[UPDATE: More Stupidity from Supes, and Silliness from Local Press] What Does the Orange County Board of Supervisors Have Against Spanish and Latinos?
|Nelson: Still dumb when it comes to Mexis...|
Also? This current board (save the grinning fool to the right) previously entered into an agreement with LHA to provide countywide service--and they didn't bitch about semantics then.
On the media front, the Voice of OC and the Liberal OC are also covering the story, but have added nothing nor cited us for breaking it--and the Liberal OC is citing the Voice of OC as breaking the story. HILARIOUS...
Original post, June 8, 2: 20 p.m.: It's always hilarious to see local politicians veer into the realm of bigotry when dealing with Latinos--and here in la naranja, it happens as often as SanTana Mayor-for-Life Don Papi Pulido uttering a lie. That's exactly what happened at this week's Board of Supervisors meeting. After a good hour or so of droning report after droning report, the supes came upon Agenda Item 31, a seemingly straightforward $1.5 million contract with nationally known nonprofit Latino Health Access (LHA) to train people and organizations across OC to combat the early signs of mental illness. Specifically, LHA proposed to teach other their promotora program, which is nothing more than training community members how to be leaders in their respective neighborhoods with regards to health issues as to not burden the health system with preventable illnesses. It's a system that has worked wonders in SanTana, and has earned praise across the country.
Empowering people to not rely on government--sounds like red meat for the all-Republican Board, no? But from their reactions to the agenda item, you'd figure LHA was proposing to force everyone in the county to wear sombreros.
|Moorlach: No le gusta Spanish|
"I have a question about the name," he intoned in his sotto baritone, face barely concealing his glee. "Does it have to be called 'promotora program?' And why?"
The deputy agency director of the Health Care Agency went to the podium to answer Moorlach's question. He explained that promotora was a Spanish word for "community health worker," which is exactly what LHA does, and that the HCA would change the name of the program "if the board desires."
What a wimp! What's wrong if a group with a contract with the county, which calls itself by an English name, decides to call one of its programs in a different language? Only in Orange County...but then it got better.
Moorlach said he'd prefer that without giving explanation; Nguyen--who represents SanTana, where LHA has its offices--agreed. Then Shawn Nelson asked if LHA's work for the county would only target Latinos or everyone in the county; the HCA guy said there was an explicit clause in the contract to train all people regardless of race or ethnicity, since the contract dealt with mental health. "
"Semantics are just that," Nelson said, face contorted, "but I think if a bidder on county services for a countywide contract that was not specific for an ethnic community came forward and was the Anglo Catholic Health Care Provider System...we wouldn't stand for that."
STOP RIGHT THERE! Last year, Nelson and the board did exactly that when they unanimously approved renewing a contract with, among other NGOs, The Cambodian Family and Catholic Charities, to help refugees in Orange County. The refugees weren't all Cambodian and weren't all Catholic, yet Nelson didn't have a cow about that issue. Wonder why?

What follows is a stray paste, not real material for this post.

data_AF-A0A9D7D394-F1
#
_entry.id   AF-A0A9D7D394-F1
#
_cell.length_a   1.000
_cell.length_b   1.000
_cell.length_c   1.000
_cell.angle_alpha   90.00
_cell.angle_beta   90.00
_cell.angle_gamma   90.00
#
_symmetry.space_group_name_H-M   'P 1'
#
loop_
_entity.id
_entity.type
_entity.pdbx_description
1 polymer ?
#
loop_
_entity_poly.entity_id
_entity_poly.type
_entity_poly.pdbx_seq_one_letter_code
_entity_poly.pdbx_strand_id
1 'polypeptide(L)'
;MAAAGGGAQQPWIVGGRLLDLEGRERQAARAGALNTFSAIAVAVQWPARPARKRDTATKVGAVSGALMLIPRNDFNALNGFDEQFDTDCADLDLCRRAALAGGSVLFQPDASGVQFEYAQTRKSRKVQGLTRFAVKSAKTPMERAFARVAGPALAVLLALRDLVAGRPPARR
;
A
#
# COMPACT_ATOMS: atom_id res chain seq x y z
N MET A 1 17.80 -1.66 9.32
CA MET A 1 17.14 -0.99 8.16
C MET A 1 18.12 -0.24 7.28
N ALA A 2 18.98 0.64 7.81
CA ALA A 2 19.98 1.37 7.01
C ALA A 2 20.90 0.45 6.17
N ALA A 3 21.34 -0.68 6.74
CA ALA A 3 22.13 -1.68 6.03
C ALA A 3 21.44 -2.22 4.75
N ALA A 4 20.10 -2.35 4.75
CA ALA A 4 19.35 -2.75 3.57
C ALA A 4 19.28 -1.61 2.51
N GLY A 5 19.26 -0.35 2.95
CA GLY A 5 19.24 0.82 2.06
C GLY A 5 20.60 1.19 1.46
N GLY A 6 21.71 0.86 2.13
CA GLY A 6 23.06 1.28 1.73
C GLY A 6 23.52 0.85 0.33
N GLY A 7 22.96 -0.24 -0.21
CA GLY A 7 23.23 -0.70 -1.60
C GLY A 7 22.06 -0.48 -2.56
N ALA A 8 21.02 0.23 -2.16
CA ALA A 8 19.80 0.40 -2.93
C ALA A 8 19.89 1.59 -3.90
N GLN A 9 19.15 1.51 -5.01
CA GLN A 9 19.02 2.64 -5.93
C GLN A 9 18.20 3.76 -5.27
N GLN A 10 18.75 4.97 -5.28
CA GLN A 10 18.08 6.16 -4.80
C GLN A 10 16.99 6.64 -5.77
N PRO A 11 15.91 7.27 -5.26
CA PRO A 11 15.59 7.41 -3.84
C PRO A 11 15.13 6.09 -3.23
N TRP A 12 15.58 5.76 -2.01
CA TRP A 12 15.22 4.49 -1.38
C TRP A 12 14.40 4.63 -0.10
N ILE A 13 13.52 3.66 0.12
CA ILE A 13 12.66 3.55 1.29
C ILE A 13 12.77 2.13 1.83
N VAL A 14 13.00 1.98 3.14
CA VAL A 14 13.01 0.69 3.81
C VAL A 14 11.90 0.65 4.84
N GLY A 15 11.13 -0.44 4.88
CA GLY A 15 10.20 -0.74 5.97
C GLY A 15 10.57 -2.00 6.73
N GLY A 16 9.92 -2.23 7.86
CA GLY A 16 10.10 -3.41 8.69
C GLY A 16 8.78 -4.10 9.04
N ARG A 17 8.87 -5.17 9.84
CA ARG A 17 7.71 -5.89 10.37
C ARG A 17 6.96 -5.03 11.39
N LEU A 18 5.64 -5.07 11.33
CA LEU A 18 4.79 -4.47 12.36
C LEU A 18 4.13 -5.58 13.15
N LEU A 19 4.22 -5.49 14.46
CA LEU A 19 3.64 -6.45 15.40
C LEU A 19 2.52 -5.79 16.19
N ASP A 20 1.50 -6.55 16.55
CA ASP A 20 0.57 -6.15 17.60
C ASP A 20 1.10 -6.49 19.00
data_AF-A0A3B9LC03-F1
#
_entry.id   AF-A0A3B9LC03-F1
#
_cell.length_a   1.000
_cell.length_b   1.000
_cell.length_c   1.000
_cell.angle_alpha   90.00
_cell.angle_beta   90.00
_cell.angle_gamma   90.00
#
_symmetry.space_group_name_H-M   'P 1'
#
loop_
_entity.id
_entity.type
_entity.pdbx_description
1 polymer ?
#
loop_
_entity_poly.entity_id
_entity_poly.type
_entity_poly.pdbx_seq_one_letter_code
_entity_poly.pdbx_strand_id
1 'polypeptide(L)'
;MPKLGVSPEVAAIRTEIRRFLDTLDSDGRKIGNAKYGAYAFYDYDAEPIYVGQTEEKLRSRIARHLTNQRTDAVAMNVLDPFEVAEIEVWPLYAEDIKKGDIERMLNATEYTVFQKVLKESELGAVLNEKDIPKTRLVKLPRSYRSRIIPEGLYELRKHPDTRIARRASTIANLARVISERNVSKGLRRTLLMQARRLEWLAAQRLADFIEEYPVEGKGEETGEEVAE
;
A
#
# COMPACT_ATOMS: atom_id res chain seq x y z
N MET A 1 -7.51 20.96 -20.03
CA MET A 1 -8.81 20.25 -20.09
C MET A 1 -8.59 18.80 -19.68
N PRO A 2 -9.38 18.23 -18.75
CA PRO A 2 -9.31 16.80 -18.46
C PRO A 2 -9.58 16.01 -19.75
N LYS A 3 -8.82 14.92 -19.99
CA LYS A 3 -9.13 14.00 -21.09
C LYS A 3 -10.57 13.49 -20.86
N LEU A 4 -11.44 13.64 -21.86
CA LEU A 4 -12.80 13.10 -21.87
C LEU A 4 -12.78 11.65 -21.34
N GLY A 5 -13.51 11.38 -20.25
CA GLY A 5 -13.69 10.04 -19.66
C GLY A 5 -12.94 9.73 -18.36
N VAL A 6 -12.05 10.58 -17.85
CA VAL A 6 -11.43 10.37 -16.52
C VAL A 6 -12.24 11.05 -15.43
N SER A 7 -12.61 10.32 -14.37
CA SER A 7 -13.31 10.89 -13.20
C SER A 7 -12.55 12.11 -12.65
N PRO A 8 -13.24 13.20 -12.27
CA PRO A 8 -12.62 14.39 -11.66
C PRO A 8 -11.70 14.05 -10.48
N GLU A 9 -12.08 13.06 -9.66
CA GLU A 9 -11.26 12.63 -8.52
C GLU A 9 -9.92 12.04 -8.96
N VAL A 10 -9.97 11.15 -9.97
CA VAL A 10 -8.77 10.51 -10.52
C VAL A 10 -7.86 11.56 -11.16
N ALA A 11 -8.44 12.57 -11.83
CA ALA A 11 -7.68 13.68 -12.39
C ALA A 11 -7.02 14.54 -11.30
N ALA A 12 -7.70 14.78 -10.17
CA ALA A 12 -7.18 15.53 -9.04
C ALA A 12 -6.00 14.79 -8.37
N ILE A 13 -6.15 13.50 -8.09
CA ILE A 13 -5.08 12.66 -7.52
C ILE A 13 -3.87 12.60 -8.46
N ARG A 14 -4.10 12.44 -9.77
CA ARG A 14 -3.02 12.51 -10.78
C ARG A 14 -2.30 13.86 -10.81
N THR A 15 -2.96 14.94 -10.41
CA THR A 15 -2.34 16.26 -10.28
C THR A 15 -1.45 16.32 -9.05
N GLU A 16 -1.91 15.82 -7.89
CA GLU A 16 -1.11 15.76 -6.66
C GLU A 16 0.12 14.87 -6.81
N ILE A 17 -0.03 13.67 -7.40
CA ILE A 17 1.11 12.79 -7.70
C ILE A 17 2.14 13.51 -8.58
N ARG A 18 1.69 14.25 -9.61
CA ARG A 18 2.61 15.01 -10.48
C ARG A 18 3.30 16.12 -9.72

Anyhoo, Nelson continued being a pendejo. "I think it's ridiculous that we've got an agency that's going to name itself the Latino Health Access, yet they are going to provide countywide benefits to members of every community...I think it's extraordinary that we would even allow that to happen. By its very name, it's suggestive that people aren't even eligible.
"Unless this agency wants to rename itself," Nelson continued, "I have absolutely no interest in supporting this sort of approach to countywide delivery of anything. This suggests that we believe in and encourage segmenting out our market...I will not support this agency on that alone."
This, of course, isn't the first time Nelson has had a problem with an Orange County Latino landmark. Back when he was councilmember in Fullerton, Nelson proposed whitewashing historic Chicano murals, a move that was met with immediate ridicule.
|Nguyen: Should know better, never does|
The board then was ready to decide, by a 4-1 vote, to approve the contract with LHA only if they changed the name of their Promotora Program to the English "community health worker." Then Patricia Bates--who had stayed quiet during the entire preceding conversation--jumped in. She asked if they could continue the motion for a week because she didn't think her constituents in the "canyons" would take kindly to something called the "Latino Access Group" servicing them. She wasn't opposed to the contract, per se, just the use of Spanish--this, coming from a woman who represents an area whose street names and cities are nearly all en español.
The vote was moved to the next board meeting. Then, irony of ironies, the following agenda item dealt with a contract with a group that had "Vietnamese" in it that also proposed to do services for all groups, not just Vietnamese. Instead of railing on and on about how discriminatory and bad giving a countywide contract to a group with an ethnic group in its name, the board stayed quiet. Double standards against Mexis? You know it! Ah, Orange County...